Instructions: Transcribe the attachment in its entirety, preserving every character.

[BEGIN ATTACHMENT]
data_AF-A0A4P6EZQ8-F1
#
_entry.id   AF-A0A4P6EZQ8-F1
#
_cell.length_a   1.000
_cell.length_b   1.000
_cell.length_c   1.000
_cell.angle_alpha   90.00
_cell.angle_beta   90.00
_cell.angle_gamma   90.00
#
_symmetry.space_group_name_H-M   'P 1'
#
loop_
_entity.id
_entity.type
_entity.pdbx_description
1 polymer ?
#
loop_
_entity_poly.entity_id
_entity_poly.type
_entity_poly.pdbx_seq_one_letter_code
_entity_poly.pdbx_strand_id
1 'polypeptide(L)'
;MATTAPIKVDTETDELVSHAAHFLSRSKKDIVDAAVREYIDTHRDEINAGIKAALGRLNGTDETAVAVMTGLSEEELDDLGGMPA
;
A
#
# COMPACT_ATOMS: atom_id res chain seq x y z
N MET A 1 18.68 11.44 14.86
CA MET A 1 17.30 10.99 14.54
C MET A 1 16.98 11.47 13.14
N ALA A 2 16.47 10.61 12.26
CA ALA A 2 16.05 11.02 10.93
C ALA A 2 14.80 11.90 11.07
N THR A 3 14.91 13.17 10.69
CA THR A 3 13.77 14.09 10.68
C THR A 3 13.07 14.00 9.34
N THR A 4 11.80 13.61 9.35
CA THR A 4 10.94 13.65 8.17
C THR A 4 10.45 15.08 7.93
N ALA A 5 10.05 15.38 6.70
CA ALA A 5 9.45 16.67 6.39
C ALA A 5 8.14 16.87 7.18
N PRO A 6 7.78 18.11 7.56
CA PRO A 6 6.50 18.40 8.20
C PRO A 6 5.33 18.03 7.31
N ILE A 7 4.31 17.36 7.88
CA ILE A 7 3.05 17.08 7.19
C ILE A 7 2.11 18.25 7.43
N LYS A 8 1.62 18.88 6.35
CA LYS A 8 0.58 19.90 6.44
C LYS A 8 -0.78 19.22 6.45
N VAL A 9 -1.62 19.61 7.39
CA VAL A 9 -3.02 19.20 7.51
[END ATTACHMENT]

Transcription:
data_AF-A0A4P6EZQ8-F1
#
_entry.id   AF-A0A4P6EZQ8-F1
#
_cell.length_a   1.000
_cell.length_b   1.000
_cell.length_c   1.000
_cell.angle_alpha   90.00
_cell.angle_beta   90.00
_cell.angle_gamma   90.00
#
_symmetry.space_group_name_H-M   'P 1'
#
loop_
_entity.id
_entity.type
_entity.pdbx_description
1 polymer ?
#
loop_
_entity_poly.entity_id
_entity_poly.type
_entity_poly.pdbx_seq_one_letter_code
_entity_poly.pdbx_strand_id
1 'polypeptide(L)'
;MATTAPIKVDTETDELVSHAAHFLSRSKKDIVDAAVREYIDTHRDEINAGIKAALGRLNGTDETAVAVMTGLSEEELDDLGGMPA
;
A
#
# COMPACT_ATOMS: atom_id res chain seq x y z
N MET A 1 18.68 11.44 14.86
CA MET A 1 17.30 10.99 14.54
C MET A 1 16.98 11.47 13.14
N ALA A 2 16.47 10.61 12.26
CA ALA A 2 16.05 11.02 10.93
C ALA A 2 14.80 11.90 11.07
N THR A 3 14.91 13.17 10.69
CA THR A 3 13.77 14.09 10.68
C THR A 3 13.07 14.00 9.34
N THR A 4 11.80 13.61 9.35
CA THR A 4 10.94 13.65 8.17
C THR A 4 10.45 15.08 7.93
N ALA A 5 10.05 15.38 6.70
CA ALA A 5 9.45 16.67 6.39
C ALA A 5 8.14 16.87 7.18
N PRO A 6 7.78 18.11 7.56
CA PRO A 6 6.50 18.40 8.20
C PRO A 6 5.33 18.03 7.31
N ILE A 7 4.31 17.36 7.88
CA ILE A 7 3.05 17.08 7.19
C ILE A 7 2.11 18.25 7.43
N LYS A 8 1.62 18.88 6.35
CA LYS A 8 0.58 19.90 6.44
C LYS A 8 -0.78 19.22 6.45
N VAL A 9 -1.62 19.61 7.39
CA VAL A 9 -3.02 19.20 7.51